RANGOON — With just over a week until election day, several candidates have voiced doubts over the integrity of the Yangon City Development Committee’s looming poll.
Candidates Win Cho, Naw Hla Hla Soe and Dr Aye Min held a press conference on Monday, noting that the YCDC had failed to take action against candidates who posted vinyl sheets around the city despite an earlier ban, and alleging that the YCDC Election Commission had left eligible voters off the rolls.
“The Election Commission said it would not allow using vinyl sheets in campaign,” Win Cho, a former political prisoner contesting a seat on the Rangoon West District Committee, told The Irrawaddy. “But many candidates are using vinyl sheets. There are vinyl sheets of General Soe Htay. This shows [the election] is not free and fair and not transparent.”
Candidates at the press conference claimed that some eligible voters had been excluded from electoral lists by the commission, despite having national identification cards and valid household registration cards.
“We have faced some difficulties. So, it is quite difficult for us have trust [in the commission]. We have sent some complaints and made some requests, but the commission has not responded,” said Naw Hla Hla Soe, who is contesting a seat on the Rangoon North District Committee.
Zin Min Hlaing, head of office at the YCDC Election Commission, said that the candidates’ complaints were groundless.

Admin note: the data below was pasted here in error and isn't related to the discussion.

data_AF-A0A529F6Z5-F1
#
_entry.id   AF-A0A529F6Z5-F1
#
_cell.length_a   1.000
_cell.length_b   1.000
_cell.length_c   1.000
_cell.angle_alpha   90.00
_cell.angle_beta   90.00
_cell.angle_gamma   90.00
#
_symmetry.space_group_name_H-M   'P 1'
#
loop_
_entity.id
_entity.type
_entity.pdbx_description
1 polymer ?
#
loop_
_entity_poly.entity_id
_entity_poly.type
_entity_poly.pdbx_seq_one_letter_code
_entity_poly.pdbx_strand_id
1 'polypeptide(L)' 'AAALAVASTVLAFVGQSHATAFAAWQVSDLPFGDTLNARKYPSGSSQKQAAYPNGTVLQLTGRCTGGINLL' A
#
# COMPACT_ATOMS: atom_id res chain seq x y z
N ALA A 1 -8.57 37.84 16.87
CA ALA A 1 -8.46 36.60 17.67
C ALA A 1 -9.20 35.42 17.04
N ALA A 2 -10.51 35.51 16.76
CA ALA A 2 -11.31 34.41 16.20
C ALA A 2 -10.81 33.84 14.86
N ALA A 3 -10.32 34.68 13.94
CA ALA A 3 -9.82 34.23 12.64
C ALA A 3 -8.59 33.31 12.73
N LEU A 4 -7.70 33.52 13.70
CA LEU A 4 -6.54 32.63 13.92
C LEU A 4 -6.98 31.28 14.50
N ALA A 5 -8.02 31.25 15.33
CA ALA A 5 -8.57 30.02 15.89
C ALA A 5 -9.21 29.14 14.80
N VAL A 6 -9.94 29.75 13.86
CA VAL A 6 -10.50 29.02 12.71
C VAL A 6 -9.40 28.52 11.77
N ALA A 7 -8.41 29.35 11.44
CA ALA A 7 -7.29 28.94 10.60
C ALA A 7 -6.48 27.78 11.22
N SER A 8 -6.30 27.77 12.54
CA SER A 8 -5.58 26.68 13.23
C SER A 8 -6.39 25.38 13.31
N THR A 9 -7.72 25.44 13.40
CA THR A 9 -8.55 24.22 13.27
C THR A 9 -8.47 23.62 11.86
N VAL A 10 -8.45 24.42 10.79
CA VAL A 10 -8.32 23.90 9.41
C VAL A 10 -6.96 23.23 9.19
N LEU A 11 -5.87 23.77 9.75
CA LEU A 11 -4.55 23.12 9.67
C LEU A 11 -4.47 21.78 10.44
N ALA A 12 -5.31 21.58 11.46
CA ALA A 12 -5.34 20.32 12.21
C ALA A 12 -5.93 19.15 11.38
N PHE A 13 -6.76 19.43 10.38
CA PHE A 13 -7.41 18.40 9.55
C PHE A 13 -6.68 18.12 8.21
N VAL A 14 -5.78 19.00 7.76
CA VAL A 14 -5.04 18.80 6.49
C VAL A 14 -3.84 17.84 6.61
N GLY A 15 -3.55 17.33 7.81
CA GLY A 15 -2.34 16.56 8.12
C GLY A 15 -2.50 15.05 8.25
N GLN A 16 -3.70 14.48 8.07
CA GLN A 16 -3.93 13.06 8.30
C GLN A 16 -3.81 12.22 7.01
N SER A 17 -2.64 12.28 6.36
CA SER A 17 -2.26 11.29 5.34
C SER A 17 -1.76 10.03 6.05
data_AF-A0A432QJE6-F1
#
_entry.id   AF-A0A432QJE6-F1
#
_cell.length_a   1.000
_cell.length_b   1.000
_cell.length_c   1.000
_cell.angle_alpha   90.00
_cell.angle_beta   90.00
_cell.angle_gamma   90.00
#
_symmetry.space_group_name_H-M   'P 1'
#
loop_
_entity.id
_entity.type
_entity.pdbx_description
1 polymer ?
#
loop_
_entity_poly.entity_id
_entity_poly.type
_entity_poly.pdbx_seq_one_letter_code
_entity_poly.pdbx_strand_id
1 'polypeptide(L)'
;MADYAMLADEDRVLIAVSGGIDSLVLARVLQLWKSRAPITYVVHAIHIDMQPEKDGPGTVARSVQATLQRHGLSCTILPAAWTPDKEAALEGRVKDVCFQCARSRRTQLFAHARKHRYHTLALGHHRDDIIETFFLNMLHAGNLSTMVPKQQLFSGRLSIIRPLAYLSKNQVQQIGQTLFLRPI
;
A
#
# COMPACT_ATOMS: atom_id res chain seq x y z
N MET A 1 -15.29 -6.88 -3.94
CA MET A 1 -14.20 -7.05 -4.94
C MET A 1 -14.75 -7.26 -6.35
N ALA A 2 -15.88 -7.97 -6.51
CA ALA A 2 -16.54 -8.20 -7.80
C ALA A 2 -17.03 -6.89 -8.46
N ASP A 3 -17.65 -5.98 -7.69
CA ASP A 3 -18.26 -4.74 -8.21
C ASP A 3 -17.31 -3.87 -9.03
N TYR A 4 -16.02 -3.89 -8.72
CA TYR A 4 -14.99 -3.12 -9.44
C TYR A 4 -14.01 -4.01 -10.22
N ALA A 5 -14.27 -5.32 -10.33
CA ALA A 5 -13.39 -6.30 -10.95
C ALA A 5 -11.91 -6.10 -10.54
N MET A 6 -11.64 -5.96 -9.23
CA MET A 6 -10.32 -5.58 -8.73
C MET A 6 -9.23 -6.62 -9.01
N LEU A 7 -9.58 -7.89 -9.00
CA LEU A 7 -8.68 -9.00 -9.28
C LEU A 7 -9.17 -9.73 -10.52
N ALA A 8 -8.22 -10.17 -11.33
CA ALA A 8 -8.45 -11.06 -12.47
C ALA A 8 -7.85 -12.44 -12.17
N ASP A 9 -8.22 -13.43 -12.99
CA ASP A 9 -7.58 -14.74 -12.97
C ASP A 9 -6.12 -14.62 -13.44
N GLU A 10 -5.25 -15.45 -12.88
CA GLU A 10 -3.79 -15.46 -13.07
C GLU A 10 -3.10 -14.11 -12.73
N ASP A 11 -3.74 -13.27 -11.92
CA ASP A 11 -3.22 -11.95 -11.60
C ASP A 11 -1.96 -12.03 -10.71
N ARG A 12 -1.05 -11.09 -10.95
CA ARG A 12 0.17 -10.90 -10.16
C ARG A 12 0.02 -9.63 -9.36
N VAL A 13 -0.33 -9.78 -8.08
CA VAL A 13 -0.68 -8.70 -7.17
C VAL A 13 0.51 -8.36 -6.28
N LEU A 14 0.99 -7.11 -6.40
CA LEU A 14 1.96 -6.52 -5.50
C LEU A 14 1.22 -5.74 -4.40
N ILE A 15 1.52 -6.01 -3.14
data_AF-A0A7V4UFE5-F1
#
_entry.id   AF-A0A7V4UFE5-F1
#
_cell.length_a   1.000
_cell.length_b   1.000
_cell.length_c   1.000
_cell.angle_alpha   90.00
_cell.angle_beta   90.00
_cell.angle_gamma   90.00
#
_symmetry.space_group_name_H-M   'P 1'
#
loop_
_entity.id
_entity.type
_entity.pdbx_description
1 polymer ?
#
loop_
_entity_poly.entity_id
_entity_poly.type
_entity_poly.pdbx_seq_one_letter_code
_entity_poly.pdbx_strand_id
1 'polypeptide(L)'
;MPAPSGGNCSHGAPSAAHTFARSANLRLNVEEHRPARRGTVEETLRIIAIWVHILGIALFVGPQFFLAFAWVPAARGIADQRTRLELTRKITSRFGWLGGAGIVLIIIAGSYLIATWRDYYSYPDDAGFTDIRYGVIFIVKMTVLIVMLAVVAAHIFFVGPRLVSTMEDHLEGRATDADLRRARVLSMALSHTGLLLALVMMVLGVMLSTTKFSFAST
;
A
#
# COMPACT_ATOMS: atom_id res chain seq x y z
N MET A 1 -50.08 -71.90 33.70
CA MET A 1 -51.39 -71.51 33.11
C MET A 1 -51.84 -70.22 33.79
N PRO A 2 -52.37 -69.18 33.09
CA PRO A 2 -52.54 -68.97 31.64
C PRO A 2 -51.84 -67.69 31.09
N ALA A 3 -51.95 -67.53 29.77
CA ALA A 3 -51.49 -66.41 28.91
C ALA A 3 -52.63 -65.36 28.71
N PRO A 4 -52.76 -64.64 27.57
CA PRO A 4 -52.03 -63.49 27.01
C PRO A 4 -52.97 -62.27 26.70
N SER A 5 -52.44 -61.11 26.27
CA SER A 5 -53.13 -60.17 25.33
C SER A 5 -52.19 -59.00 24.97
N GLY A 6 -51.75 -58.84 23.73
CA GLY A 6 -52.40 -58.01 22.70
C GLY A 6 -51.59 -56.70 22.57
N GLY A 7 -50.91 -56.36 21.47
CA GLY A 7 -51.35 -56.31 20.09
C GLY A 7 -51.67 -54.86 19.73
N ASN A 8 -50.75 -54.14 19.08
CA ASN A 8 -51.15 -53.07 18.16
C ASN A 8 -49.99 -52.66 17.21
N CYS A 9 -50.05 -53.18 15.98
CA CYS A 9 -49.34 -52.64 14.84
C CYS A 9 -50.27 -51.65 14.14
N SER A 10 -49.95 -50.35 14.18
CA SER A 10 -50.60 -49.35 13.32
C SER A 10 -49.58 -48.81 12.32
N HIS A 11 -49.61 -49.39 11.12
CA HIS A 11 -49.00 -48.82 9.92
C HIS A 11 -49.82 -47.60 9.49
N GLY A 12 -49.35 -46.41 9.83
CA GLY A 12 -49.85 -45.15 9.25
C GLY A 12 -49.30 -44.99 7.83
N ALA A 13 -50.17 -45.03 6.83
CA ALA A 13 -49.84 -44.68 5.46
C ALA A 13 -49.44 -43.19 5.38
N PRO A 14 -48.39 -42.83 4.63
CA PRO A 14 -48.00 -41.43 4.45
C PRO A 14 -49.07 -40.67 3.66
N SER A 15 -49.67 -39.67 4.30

“Using vinyl sheets [by some candidates] is nothing to do with us. It is up to concerned district and township municipal authorities. We have told them not to allow it and we’ve explained this to candidates.”
A spokesman from the commission said that lists of eligible voters in various townships are still being compiled.
The Irrawaddy reported on Dec. 5 that the ban on campaign signage had been issued by the YCDC itself, bypassing the local election commission. Tin Aye, the commission chair, voiced support for the ban on the grounds that excessive signage would make Rangoon “look bad”.
A total of 291 candidates will contest 119 seats across the YCDC on Dec. 27, including four seats on the divisional committee, 12 seats across four district committees and 99 seats across 33 township committees. A further five members will be appointed to the divisional committee by the municipal government.
Seats on the divisional, district and township committees of the YCDC have been occupied by military-appointed officials since 1962.